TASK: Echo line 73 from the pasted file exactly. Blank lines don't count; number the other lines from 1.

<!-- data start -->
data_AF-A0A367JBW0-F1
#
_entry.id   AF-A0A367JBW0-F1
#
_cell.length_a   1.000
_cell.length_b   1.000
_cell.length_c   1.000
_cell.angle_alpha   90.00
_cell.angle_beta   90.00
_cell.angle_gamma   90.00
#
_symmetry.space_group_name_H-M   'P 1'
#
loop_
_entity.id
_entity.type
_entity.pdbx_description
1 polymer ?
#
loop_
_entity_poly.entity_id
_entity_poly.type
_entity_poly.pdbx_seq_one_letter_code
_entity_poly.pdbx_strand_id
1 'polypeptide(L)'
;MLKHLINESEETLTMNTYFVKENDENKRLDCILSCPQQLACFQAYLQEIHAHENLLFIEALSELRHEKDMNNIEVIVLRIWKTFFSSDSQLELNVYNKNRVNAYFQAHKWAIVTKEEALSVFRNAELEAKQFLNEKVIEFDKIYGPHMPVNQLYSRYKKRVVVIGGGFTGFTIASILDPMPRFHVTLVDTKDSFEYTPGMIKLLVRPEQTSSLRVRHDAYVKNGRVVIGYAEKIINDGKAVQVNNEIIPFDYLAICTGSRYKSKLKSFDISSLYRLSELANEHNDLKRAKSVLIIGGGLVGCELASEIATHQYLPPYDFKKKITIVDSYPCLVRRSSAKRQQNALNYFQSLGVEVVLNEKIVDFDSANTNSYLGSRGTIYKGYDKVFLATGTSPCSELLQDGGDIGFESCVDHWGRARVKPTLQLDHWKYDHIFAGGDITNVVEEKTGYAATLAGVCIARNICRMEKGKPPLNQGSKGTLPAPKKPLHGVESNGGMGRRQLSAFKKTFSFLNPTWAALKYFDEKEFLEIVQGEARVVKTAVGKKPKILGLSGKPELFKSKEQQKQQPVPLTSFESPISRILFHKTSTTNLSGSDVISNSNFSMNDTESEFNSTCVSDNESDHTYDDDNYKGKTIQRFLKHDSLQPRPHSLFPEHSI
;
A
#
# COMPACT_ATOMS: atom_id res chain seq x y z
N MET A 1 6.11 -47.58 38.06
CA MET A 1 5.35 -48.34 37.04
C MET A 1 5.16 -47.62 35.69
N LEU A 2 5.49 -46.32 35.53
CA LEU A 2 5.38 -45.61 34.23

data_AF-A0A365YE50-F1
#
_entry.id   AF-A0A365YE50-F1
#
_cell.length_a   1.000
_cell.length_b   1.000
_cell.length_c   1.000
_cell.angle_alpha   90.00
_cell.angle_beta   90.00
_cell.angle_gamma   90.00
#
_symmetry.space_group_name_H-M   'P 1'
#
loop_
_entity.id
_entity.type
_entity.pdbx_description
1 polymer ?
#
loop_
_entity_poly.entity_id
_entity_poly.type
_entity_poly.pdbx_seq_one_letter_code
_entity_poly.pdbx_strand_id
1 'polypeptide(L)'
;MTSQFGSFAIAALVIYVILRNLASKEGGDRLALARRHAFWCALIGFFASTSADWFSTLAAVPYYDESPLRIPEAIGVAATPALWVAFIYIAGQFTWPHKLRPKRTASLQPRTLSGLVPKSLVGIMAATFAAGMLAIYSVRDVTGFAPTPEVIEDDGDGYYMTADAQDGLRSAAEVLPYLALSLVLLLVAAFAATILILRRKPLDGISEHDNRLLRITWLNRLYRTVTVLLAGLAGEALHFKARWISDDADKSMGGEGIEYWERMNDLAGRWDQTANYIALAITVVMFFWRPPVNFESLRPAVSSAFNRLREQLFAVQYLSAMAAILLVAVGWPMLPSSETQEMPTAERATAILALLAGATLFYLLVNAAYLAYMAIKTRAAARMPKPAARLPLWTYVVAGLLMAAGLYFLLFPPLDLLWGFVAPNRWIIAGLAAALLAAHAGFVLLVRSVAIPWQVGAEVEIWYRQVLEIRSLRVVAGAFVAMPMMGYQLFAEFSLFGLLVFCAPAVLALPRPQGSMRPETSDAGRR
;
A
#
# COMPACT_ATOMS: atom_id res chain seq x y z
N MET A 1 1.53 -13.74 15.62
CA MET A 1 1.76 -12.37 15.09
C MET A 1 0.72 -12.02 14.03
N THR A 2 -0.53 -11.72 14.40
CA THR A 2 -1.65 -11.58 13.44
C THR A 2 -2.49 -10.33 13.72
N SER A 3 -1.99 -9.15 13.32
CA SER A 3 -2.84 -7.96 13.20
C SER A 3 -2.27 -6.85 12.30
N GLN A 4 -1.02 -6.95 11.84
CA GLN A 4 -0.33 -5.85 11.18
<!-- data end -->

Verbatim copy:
CA SER A 3 -2.84 -7.96 13.20